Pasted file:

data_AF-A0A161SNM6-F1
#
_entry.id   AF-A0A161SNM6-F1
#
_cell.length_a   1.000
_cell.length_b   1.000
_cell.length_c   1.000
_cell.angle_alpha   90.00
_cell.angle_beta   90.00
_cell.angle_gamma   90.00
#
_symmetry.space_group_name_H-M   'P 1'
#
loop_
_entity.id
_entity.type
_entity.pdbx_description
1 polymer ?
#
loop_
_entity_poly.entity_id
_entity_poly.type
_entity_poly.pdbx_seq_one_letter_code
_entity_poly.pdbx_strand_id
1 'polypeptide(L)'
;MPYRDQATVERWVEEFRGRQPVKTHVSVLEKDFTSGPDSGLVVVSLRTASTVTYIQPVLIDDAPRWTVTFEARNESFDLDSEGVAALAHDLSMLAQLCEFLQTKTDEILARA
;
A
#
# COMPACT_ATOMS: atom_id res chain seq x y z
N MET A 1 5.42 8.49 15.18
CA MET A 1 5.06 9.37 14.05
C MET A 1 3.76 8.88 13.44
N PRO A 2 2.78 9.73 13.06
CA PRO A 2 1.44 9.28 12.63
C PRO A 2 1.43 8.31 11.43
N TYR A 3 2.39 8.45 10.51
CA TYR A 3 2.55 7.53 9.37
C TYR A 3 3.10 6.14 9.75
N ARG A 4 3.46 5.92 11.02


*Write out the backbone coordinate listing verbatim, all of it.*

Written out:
data_AF-A0A161SNM6-F1
#
_entry.id   AF-A0A161SNM6-F1
#
_cell.length_a   1.000
_cell.length_b   1.000
_cell.length_c   1.000
_cell.angle_alpha   90.00
_cell.angle_beta   90.00
_cell.angle_gamma   90.00
#
_symmetry.space_group_name_H-M   'P 1'
#
loop_
_entity.id
_entity.type
_entity.pdbx_description
1 polymer ?
#
loop_
_entity_poly.entity_id
_entity_poly.type
_entity_poly.pdbx_seq_one_letter_code
_entity_poly.pdbx_strand_id
1 'polypeptide(L)'
;MPYRDQATVERWVEEFRGRQPVKTHVSVLEKDFTSGPDSGLVVVSLRTASTVTYIQPVLIDDAPRWTVTFEARNESFDLDSEGVAALAHDLSMLAQLCEFLQTKTDEILARA
;
A
#
# COMPACT_ATOMS: atom_id res chain seq x y z
N MET A 1 5.42 8.49 15.18
CA MET A 1 5.06 9.37 14.05
C MET A 1 3.76 8.88 13.44
N PRO A 2 2.78 9.73 13.06
CA PRO A 2 1.44 9.28 12.63
C PRO A 2 1.43 8.31 11.43
N TYR A 3 2.39 8.45 10.51
CA TYR A 3 2.55 7.53 9.37
C TYR A 3 3.10 6.14 9.75
N ARG A 4 3.46 5.92 11.02